Literally

A week or so back, Victor Mair posted at Language Log under the title of Google me with a fire spoon. It’s all about the problems of machine translation. The post grabbed my attention because I love fire spoons.

In case you’re not familiar with 火勺 (huǒsháo), this is what they typically look like:

火勺

Tasty 火勺!Best dipped in soy sauce or vinegar and ideal accompaniment for your 羊汤 (yángtāng – mutton broth). In case you were wondering, the texture is much like that of sausage roll; a crisp, flakey, savoury pastry filled with meat. It’s usually 清真 (qīngzhēn – halal) food, so the meat is either mutton or beef.

Anyway, over at Language Log, Victor says:

Aside from all of the other gaffes, large and small, the most serious lexical problem is what to do with huǒsháo 火勺.  Literally, the two characters do mean “fire spoon,” but that doesn’t make any sense in the context where the term appears.  Some native (but non-local) readers of the sign suspect that huǒsháo 火勺 must be a miswriting for huǒshāo 火燒, which does indeed signify a type of flat cake, though it is usually said to be fried in a pan, unlike huǒsháo 火勺, which is baked in an oven.

Obviously, we’re all aware of the horrors of literal, direct translation. That just won’t do! But sometimes I suspect we’re afraid of something. Sometimes I suspect that we’d rather suck all of the colour and life out of the language, than risk the chance of the reader not quite understanding.

火勺 are not a common snack. They’re considered a local speciality in a number of locations. I encountered them in the big city of 铁岭 (Tiělǐng), in the northeastern province of Liaoning. The Language Log example comes from Dalian, also in Liaoning.

I think it’s safe to say, most Chinese speakers have never seen, tasted or even heard of 火勺. The theory that 火勺 is adpapted from 火烧 (huǒshao), itself not a terribly familiar kind of baked cake, is certainly plausible, but I suspect it’s a connection that’s not going to spring to mind on first hearing the term.

A conversation:

外地人:我饿了!你们这里有什么好吃的?
Wàidìrén: Wǒ èle! Nǐmen zhèli yǒu shénme hǎochīde?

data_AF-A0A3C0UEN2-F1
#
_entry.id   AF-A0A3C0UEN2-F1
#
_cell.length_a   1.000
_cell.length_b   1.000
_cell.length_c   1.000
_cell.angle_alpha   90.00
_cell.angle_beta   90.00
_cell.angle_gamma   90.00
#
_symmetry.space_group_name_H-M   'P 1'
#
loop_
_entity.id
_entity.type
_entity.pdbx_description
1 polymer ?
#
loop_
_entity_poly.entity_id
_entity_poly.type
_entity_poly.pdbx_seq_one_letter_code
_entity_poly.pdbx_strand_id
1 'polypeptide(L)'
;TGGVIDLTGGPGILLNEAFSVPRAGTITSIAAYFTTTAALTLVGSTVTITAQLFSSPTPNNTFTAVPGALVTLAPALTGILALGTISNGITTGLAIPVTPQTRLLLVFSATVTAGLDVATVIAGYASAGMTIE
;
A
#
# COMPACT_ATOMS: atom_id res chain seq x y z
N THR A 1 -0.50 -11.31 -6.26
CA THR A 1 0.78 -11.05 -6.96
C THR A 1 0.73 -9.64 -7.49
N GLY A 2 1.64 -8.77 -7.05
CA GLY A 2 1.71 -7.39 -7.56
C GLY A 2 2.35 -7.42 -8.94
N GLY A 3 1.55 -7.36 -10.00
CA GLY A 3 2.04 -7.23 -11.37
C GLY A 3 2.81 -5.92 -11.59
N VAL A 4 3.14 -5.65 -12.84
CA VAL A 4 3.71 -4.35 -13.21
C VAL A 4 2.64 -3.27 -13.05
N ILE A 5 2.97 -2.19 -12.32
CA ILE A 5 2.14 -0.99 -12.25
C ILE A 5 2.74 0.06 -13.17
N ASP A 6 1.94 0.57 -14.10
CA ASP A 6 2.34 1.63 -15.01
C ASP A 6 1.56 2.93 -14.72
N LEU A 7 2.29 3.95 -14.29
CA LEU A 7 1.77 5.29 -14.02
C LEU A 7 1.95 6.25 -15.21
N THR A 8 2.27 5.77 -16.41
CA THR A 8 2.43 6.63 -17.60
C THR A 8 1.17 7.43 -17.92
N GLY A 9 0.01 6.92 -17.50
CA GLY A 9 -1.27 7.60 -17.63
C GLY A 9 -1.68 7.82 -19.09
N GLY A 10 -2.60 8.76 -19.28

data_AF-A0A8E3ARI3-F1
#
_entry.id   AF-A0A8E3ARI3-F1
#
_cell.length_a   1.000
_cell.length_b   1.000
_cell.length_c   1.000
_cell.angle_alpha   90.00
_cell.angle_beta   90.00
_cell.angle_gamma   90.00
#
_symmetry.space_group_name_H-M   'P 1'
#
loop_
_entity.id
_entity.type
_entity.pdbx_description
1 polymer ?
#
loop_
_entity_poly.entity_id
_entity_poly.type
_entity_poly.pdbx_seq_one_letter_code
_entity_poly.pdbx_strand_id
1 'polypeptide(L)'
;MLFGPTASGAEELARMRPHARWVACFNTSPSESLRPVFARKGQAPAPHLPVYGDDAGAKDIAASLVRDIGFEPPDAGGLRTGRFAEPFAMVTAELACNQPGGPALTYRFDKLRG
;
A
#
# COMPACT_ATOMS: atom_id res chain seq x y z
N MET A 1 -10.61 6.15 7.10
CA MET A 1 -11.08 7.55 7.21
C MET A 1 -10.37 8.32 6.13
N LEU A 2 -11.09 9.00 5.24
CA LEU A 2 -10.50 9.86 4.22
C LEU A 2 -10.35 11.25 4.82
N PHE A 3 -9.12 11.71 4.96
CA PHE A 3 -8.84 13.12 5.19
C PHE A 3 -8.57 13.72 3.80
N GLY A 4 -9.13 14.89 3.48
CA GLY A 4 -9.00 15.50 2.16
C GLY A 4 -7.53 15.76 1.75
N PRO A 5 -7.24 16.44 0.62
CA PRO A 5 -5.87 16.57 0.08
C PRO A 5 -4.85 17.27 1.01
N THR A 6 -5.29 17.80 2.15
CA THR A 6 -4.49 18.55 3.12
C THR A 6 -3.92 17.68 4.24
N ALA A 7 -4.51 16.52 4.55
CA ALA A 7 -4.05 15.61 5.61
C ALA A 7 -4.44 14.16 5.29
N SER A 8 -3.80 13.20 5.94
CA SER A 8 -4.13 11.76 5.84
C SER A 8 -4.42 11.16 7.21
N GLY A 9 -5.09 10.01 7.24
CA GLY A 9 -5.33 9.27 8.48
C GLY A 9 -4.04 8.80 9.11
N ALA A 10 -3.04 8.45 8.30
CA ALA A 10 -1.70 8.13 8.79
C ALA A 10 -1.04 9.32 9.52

Outsider: I’m hungry! Is there anything good to eat around these parts?

本地人:有火勺。
Běndìrén: Yǒu huǒsháo.
Local: There’re fire spoons.

外地人:火什么?!
Wàidìrén: Huǒ shénme?
Outsider: Fire what?

本地人:‘火勺’就是一种小烧饼,又香又脆的,有肉馅的。
Běndìrén: ‘Huǒsháo’ jiùshì yīzhǒng xiǎo shāobing, yòu xiāng yòu cuìde, yǒu ròuxiànde.
Local: ‘Fire spoons’ are a kind of little baked pancake.  They’re crisp and tasty, with meat inside.

外地人:呵呵,‘火勺’啊!听起来好吃,那我们一定要尝一尝。
Wàidìrén: Hēhē, ‘huǒsháo’ a! Tīngqǐlái hǎochī, nà wǒmen yīdìng yào chángyīcháng.
Outsider: Haha, ‘fire spoons!’ They sound good. We must give them a try.

4 thoughts on “Literally

  1. My first reaction was also that it’s a misspelling of 火烧, which we have up in Yanqing, where there’s even a village I pass semi-regularly called 火烧营. But the picture and your description make it clear that although the two fire somethings may be similar, they’re different enough to warrant different names. Our 火烧 generally don’t have a filling, although you can buy 火烧加肉, in which case they’re virtually identical to 肉夹馍.

    “Obviously, we’re all aware of the horrors of literal, direct translation. That just won’t do! But sometimes I suspect we’re afraid of something. Sometimes I suspect that we’d rather suck all of the colour and life out of the language, than risk the chance of the reader not quite understanding.”

    Agreed. When the subject comes up, because they stand their looking all uncomfortable because there must be an English Word for everything, I tell my students, look, if it’s purely Chinese just use the Chinese name for it because there won’t be an English name. We have rice, noodles, and dumplings because these things, in some for or another, are common to a wide variety of countries. We say kung pao chicken because apparently all foreigners are legally bound by some UN Security Council declaration or another to be madly in love with that particular dish. We say vodka and sake because it’s just easier and more interesting to borrow the foreign word for foreign things. And considering every language merrily borrows from every other language it comes in contact with, why not keep this tradition happily chugging along?

  2. Somewhere in deepest darkest NYC:

    中国人:我饿了。你们这儿有什么好吃的?
    Zhōngguórén: Wǒ è le! Nǐmen zhèr yǒu shénme hǎochī de?

    美国人:有热狗。
    Měiguórén: Yǒu règǒu.

    中国人:热什么?我以为你们老外不吃狗肉啊!
    Zhōngguórén: Rè shénme? Wǒ yǐwéi nǐmen lǎowài bù chī gǒuròu a!

    美国人:呵呵,不是狗肉,是香肠夹在面包里。
    Měiguórén: Hēhē, bù shì gǒuròu, shì xiāngcháng jiā zài miànbāo li.

    中国人:噢,哈哈,听起来好吃,我们一定要尝一尝。
    Zhōngguórén: Ō, hāhā, tīngqǐlái hǎochī, wǒmen yīdìng yào chángyīcháng.

  3. “When the subject comes up, because they stand their looking all uncomfortable because there must be an English Word for everything, I tell my students, look, if it’s purely Chinese just use the Chinese name for it because there won’t be an English name.”

    This happens a lot. An unfortunate side effect is that my coworkers now have the impression that America has way fewer things (types of food, for instance) than China does. The sighs of misplaced pity are starting to get to me.

    -Peter